crazybatca (@crazybatca)

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  • Hmmm. Do you have a screenshot of this?

    Try this:

    .post { display: block; width: 100%; overflow: auto; overflow-x: auto; overflow-y: hidden; }

    Tested in IE 6, Opera 9.23 and Firefox on the PC

    Didn’t test it on IE 7 though, so you might want to look at that…



    Just to clarify your point, the reference cited for serving XHTML as text/html is quoted as a note from the current working draft of the XHTML 1.1 from February 2007. It’s not a standard as of yet and I don’t think it should be followed as such.

    As for your point about IE borking with application/xhtml+xml, it absolutely is an issue. Hence, the point about serving the correct DOCTYPE based on the user agent. I’m no PHP guru by any means, so I had to get help in writing the logic to detect the user agent and what content type it could handle, but I know it’s possible as I’m using this mechanism on my site at this time.

    @benbeltran: As for this not being important, I’ll leave that issue for now as I’ve seen way too many discussions spiral off into endless debate. The point is clear though: XHTML served as text/html is tag soup and IE doesn’t like XHTML as application/xhtml+xml. What do you do? Content negotiation or serve it as HTML 4.01 Strict as text/html. IMHO, this is the proper way of dealing with this.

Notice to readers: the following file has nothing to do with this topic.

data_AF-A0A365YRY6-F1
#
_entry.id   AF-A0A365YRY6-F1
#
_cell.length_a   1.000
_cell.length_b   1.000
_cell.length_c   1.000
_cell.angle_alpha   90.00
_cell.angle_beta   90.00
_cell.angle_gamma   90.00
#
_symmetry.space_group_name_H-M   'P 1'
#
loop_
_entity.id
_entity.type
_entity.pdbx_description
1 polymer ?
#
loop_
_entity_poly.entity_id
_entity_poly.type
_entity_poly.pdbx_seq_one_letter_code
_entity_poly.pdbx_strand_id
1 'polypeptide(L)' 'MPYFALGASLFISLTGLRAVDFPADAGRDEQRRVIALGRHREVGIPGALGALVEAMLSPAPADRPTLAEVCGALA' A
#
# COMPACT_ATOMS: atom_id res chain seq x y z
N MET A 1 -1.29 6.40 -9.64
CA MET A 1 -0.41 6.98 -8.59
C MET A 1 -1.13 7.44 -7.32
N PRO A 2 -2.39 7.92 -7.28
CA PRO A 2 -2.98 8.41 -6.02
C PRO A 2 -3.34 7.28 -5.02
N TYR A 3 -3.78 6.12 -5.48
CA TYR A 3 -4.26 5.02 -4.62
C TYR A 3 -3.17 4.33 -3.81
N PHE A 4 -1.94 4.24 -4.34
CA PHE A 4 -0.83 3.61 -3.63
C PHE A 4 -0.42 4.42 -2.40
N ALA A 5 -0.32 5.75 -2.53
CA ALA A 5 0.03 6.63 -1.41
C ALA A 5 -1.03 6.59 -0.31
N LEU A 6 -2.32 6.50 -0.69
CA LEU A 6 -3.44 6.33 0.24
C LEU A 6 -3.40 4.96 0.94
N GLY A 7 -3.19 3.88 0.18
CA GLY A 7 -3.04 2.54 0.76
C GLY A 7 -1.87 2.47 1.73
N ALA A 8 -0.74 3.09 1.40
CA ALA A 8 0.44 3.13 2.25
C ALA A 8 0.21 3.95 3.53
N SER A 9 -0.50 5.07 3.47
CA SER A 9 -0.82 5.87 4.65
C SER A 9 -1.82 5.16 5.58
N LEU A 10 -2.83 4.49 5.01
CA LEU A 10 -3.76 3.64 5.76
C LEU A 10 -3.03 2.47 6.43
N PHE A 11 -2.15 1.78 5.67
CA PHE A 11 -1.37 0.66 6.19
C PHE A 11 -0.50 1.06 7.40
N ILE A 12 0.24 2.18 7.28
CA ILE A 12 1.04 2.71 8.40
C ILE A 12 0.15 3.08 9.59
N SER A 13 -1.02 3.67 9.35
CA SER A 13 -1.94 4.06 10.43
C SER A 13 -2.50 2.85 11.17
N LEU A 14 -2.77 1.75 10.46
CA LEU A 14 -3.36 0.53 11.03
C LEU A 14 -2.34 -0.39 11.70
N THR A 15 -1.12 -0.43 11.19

I will check out this project and try to show you what I’m talking about. In class now, so I have to fly. . .

    Hey _ck_.

    Actually, I think it’ll be more useful when <!DOCYPE HTML> is used and widely supported by user agents, but that’s a whole other story. (

    My point was more about serving up the correct content type, based on the DOCTYPE used. Serving XHTML 1.1 as text/html merits no benefits. It’s tag soup.

    I would think that at least using some sort of content negotiation based on the user agent (serving HTML 4.01 Strict versus XHTML 1.1) would be a good start.

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